CV NEWS FEED // Father James Martin, SJ, editor of America Magazine and celebrated author, tweeted a lengthy commentary on the upcoming Supreme Court case 303 Creative vs. Ellis.
The case, set for oral arguments in the 2022-2023 term, centers on Lorie Smith, owner of 303 Creative, LLC. Smith, who designs wedding websites, challenged a Colorado law that would forbid her from posting a message on her website “explaining her religious objections to same-sex weddings.”
According to a brief filed by the Alliance Defending Freedom (ADF),
Colorado asks this Court to do something it has never done—authorize the government to compel speakers to speak certain messages while silencing others. The Court should decline that invitation, as it would be a step back for the First Amendment and our nation.
“Once again the Supreme Court will take up the question of whether someone can refuse to do business with a same-sex couple because it offends their Christian beliefs,” Fr. Martin wrote in response to the news. “But notice that these business owners don’t have a problem with (nor should they) serving non-Christians.”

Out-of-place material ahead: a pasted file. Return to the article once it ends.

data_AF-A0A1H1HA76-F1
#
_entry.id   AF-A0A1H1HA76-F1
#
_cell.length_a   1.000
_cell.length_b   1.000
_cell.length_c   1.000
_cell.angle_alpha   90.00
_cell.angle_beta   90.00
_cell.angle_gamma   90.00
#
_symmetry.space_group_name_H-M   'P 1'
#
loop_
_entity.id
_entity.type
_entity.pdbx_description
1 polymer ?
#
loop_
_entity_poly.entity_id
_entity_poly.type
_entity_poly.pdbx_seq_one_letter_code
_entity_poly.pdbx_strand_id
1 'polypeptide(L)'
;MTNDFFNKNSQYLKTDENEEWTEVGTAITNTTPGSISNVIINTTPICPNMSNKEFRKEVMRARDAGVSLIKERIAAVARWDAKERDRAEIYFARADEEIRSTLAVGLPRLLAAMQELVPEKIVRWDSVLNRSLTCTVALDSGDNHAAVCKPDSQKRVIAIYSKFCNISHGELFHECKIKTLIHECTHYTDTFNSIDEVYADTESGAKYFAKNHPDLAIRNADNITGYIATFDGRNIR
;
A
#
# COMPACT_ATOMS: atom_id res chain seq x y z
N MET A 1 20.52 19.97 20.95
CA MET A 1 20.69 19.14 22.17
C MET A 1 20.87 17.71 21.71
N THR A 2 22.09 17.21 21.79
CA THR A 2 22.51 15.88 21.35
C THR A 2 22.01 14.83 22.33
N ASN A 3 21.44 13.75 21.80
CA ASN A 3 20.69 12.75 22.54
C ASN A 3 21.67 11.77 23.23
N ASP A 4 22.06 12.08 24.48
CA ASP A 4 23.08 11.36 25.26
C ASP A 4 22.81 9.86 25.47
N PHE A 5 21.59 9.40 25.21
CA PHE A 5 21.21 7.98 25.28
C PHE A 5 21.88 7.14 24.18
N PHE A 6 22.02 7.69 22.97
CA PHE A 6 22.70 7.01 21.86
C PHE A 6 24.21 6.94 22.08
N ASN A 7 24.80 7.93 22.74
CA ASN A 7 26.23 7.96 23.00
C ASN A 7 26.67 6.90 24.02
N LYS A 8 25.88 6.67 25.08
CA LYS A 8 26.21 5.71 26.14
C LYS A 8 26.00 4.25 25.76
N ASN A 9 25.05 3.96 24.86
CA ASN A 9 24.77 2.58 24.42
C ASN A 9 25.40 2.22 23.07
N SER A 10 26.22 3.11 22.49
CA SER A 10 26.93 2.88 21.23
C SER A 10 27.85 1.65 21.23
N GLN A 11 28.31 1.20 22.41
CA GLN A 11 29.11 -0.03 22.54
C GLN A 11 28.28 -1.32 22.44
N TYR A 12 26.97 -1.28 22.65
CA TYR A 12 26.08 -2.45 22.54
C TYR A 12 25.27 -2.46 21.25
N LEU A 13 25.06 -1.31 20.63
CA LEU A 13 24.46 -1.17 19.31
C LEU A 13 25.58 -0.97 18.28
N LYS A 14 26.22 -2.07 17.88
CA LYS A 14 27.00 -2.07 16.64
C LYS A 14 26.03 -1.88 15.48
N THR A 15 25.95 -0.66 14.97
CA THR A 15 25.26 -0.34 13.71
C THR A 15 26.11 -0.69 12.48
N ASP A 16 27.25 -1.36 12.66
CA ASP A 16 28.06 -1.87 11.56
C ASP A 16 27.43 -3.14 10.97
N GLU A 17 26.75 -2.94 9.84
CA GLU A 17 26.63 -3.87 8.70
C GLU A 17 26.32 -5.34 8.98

Martin went on to argue squarely against the religious freedom of “Catholic business owners,” employing scare quotes around the term “religious liberty.”
“In the guise of ‘religious liberty,’ Catholic business owners could deny services to Protestants and, more broadly, Christians could deny services to Jews” and other non-believers, Martin wrote.
“The only matter that seems to offend the consciences of these few Catholic and Christian business leaders is same-sex marriage,” he concluded. “So let’s not call this a case of ‘religious liberty.’ Let’s call it what it is: homophobia.”
ADF General Counsel Kristen Waggoner spoke to the case, saying, “Free speech is for everyone. The government can’t force anyone to say something they don’t believe.”
Lorie’s decision to design a project always turns on what the message is, not who requests it. When she creates a graphic design or website, she communicates a message consistent with her beliefs. And the First Amendment protects every American’s right to express ideas without fear of government punishment.
While the date for the case’s oral arguments has not been set as of this writing, the Supreme Court has agreed to hear the case this term. A ruling is expected in June 2023.